Most newly-elected condo or co-op board members aren’t experts in running a multifamily building or development. They may be eager, enthusiastic, and committed to serving their community. But they also probably have little idea of how to do that until they’ve learned a bit more through experience. Fortunately, co-ops, condos and HOAs all have an established set of governing documents laying out the rules that everyone in the community must follow.
And while governing documents do act as guidelines for board members, viewing them purely in that light downplays their significance. For all intents and purposes, governing documents are a board’s bible. Everything pertinent to the governance of the community should be included – and the sooner that a board member realizes this the better. Deviating from these foundational documents can result in trouble not only for the board, but for the community at large, depending on the magnitude of the transgression. Mistakes happen, of course, but ignoring or contradicting one’s governing docs – even with good intentions, or for the sake of expediency – only leads to trouble.
Read Those Rules
Getting familiar with governing documents should be the first thing any board member – or resident seeking board membership, or even a resident invested in the operations of his or her building or association – should look to do.
“Unless and until bylaws and rules and regulations of a cooperative corporation or condominium association are changed, a board has a fiduciary duty to uphold and follow that framework for operating the organization,” says Michael T. Reilly, an attorney with Norris McLaughlin P.A. in New York City. “They are not optional guidelines; these are the requirements that must be followed until they’re properly amended, changed or removed from the organizational documents.
“It’s essential for each board member to have a working knowledge of these governing documents when they take office,” he continues. “I suggest that every new board member be provided with a hard and digital copy of all governing documents, and that each board member be provided with a lecture on fiduciary duties when the new board is in place and the officers are elected.”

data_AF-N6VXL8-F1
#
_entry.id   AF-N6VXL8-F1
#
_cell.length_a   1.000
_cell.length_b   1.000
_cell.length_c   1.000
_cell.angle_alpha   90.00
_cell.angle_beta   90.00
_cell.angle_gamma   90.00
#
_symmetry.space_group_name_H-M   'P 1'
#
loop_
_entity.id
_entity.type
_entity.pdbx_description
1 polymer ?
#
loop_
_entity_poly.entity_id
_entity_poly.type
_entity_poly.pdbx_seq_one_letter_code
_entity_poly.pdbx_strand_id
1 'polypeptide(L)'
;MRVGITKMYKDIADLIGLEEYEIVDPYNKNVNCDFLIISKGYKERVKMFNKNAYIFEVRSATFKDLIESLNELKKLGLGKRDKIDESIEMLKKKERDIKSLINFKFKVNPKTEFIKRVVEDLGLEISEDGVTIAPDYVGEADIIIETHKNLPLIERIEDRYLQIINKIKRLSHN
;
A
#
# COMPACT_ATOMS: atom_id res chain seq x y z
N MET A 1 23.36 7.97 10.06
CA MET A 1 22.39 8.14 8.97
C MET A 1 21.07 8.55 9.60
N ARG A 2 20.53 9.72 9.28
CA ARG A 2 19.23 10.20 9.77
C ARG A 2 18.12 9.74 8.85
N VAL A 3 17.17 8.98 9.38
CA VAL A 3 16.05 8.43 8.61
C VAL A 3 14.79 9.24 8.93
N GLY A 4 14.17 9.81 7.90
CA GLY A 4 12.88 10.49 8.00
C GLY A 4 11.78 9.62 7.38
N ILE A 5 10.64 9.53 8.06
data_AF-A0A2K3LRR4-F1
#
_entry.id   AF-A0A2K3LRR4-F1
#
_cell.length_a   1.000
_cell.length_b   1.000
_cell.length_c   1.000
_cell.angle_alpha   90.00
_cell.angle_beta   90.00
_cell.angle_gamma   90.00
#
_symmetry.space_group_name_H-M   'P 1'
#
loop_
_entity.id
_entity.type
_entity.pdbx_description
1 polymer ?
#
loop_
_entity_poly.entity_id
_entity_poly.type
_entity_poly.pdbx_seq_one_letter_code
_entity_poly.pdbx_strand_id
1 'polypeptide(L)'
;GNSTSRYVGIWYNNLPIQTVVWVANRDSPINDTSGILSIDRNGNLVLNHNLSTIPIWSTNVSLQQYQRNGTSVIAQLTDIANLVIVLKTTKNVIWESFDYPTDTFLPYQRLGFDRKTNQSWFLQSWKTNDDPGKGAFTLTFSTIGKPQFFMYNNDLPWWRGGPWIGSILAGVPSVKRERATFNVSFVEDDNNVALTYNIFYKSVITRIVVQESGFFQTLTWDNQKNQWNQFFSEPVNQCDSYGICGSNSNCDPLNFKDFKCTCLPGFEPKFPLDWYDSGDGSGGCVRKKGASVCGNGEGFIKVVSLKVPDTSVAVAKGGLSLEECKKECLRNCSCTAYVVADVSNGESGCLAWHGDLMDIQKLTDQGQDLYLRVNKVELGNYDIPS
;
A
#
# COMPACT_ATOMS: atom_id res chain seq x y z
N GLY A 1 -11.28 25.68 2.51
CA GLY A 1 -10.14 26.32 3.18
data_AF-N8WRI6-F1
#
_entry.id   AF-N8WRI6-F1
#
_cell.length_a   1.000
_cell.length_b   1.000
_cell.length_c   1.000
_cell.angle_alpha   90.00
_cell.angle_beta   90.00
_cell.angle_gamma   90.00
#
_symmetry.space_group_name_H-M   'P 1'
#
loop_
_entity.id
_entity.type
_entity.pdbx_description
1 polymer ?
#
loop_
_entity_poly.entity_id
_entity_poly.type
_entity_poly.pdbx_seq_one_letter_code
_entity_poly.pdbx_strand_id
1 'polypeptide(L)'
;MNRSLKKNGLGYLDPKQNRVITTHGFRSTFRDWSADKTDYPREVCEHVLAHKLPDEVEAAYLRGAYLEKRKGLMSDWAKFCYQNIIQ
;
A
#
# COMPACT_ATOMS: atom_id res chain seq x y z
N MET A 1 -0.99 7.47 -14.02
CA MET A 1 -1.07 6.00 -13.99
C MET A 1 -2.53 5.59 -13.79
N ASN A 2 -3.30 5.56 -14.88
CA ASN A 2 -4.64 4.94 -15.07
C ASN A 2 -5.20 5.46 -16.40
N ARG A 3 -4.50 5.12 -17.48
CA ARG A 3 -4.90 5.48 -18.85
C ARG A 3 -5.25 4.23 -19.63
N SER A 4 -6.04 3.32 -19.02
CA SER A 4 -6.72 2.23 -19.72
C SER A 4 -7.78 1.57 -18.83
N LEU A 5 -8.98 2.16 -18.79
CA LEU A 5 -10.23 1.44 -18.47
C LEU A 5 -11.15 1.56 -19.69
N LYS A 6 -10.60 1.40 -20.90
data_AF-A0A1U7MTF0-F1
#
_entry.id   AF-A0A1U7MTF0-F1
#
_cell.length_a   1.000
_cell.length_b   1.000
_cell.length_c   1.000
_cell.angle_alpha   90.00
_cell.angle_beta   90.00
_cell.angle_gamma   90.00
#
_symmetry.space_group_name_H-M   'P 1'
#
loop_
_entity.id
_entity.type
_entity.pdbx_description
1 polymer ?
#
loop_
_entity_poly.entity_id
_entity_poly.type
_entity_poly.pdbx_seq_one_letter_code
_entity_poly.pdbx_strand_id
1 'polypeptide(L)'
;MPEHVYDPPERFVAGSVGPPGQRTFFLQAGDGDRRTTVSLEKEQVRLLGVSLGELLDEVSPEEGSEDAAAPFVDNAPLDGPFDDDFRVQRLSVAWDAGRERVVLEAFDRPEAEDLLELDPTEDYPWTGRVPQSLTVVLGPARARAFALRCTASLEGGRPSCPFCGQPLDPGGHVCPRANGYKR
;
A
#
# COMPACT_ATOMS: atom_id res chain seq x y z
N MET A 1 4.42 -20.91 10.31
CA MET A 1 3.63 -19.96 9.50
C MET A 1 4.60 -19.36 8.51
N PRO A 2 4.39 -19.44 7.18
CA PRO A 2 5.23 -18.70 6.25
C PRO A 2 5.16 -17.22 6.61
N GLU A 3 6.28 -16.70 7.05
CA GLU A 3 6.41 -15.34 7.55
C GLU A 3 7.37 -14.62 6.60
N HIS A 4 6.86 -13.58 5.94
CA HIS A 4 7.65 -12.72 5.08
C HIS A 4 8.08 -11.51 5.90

Of course, there’s a learning curve to becoming an effective board member, and mistakes can be made. Fortunately, the business corporation law (BCL) exists to indemnify members who err with the right intent.
In short, the BCL “is the shield that allows most board members to sleep at night,” says Leni Morrison Cummins, an attorney with Cozen O’Connor in New York City. “When condo and co-op boards take action, those actions are generally protected by the business judgment rule, which mandates judicial deference to board determinations – as long as the board action is within the scope of its authority, taken in good faith, and in the lawful and legitimate furtherance of the co-op’s or condo’s purpose. In short, this means that boards must follow their own rules and governing documents.”
An attorney can help keep a board on the straight-and-narrow as well. “From legal counsel’s perspective, helping a client focus on legitimate goals helps prevent bad conduct,” says Michael Gelfand, a senior partner at the law firm of Gelfand & Arpe in West Palm Beach, Florida. “As we counsel association directors, we help them keep in mind that they volunteered to do the right thing. In Florida, directors must attend a two-hour class or sign a paper stating that they have read and will uphold their governing documents. When a director reflects on that certification, they invariably fall onto the road of good intentions, especially when they’re reminded that in Florida, most association records are accessible to owners.”
Failure to Adhere
Again, acting outside the rules laid out within an association’s governing documents not only opens up the offending board member to penalties, but can put the entire association at risk.
“When [board members] deviate from their governing documents, it exposes the board to liability,” says Cummins. “Therefore, as an attorney to many condominium and cooperative boards, most of my advice pertains to keeping those boards protected by the business judgment rule. This often means that I am called on to interpret occasionally ambiguous governing documents, or to amend governing documents.
“But one of the biggest pitfalls that I see occurs when boards ignore issues rather than face them,” she continues. “Ignoring an issue and failing to make a decision of any kind on it also exposes a board to liability. The business judgment rule protections only apply when a board actually makes a decision. Therefore, even if an issue will undoubtedly be voted down, it is important for boards to consider and vote on all issues that come before them.”